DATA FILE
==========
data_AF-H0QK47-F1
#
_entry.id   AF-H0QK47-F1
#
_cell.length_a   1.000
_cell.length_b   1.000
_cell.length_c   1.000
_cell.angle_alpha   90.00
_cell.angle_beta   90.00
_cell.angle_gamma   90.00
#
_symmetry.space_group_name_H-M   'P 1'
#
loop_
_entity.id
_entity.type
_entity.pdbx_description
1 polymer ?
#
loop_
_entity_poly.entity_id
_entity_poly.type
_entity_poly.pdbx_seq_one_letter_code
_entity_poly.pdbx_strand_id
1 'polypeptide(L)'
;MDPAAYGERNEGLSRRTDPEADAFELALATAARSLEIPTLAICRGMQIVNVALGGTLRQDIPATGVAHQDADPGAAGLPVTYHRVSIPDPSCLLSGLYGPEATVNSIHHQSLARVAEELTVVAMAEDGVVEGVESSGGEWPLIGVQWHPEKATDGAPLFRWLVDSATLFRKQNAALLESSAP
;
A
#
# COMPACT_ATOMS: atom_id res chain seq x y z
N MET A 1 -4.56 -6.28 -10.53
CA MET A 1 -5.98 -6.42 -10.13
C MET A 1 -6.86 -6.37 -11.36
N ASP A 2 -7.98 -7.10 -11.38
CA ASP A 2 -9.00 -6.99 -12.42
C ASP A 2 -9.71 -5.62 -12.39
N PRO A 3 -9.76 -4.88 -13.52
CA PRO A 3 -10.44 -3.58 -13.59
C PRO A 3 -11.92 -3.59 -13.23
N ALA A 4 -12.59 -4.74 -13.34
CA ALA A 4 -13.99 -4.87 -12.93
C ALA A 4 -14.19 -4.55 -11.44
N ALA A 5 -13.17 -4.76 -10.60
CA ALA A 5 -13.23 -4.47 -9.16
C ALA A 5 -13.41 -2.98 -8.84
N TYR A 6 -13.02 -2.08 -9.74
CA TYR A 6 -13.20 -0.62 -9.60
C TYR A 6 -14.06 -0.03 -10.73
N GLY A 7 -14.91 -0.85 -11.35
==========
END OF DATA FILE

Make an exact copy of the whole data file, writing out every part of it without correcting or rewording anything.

data_AF-H0QK47-F1
#
_entry.id   AF-H0QK47-F1
#
_cell.length_a   1.000
_cell.length_b   1.000
_cell.length_c   1.000
_cell.angle_alpha   90.00
_cell.angle_beta   90.00
_cell.angle_gamma   90.00
#
_symmetry.space_group_name_H-M   'P 1'
#
loop_
_entity.id
_entity.type
_entity.pdbx_description
1 polymer ?
#
loop_
_entity_poly.entity_id
_entity_poly.type
_entity_poly.pdbx_seq_one_letter_code
_entity_poly.pdbx_strand_id
1 'polypeptide(L)'
;MDPAAYGERNEGLSRRTDPEADAFELALATAARSLEIPTLAICRGMQIVNVALGGTLRQDIPATGVAHQDADPGAAGLPVTYHRVSIPDPSCLLSGLYGPEATVNSIHHQSLARVAEELTVVAMAEDGVVEGVESSGGEWPLIGVQWHPEKATDGAPLFRWLVDSATLFRKQNAALLESSAP
;
A
#
# COMPACT_ATOMS: atom_id res chain seq x y z
N MET A 1 -4.56 -6.28 -10.53
CA MET A 1 -5.98 -6.42 -10.13
C MET A 1 -6.86 -6.37 -11.36
N ASP A 2 -7.98 -7.10 -11.38
CA ASP A 2 -9.00 -6.99 -12.42
C ASP A 2 -9.71 -5.62 -12.39
N PRO A 3 -9.76 -4.88 -13.52
CA PRO A 3 -10.44 -3.58 -13.59
C PRO A 3 -11.92 -3.59 -13.23
N ALA A 4 -12.59 -4.74 -13.34
CA ALA A 4 -13.99 -4.87 -12.93
C ALA A 4 -14.19 -4.55 -11.44
N ALA A 5 -13.17 -4.76 -10.60
CA ALA A 5 -13.23 -4.47 -9.16
C ALA A 5 -13.41 -2.98 -8.84
N TYR A 6 -13.02 -2.08 -9.74
CA TYR A 6 -13.20 -0.62 -9.60
C TYR A 6 -14.06 -0.03 -10.73
N GLY A 7 -14.91 -0.85 -11.35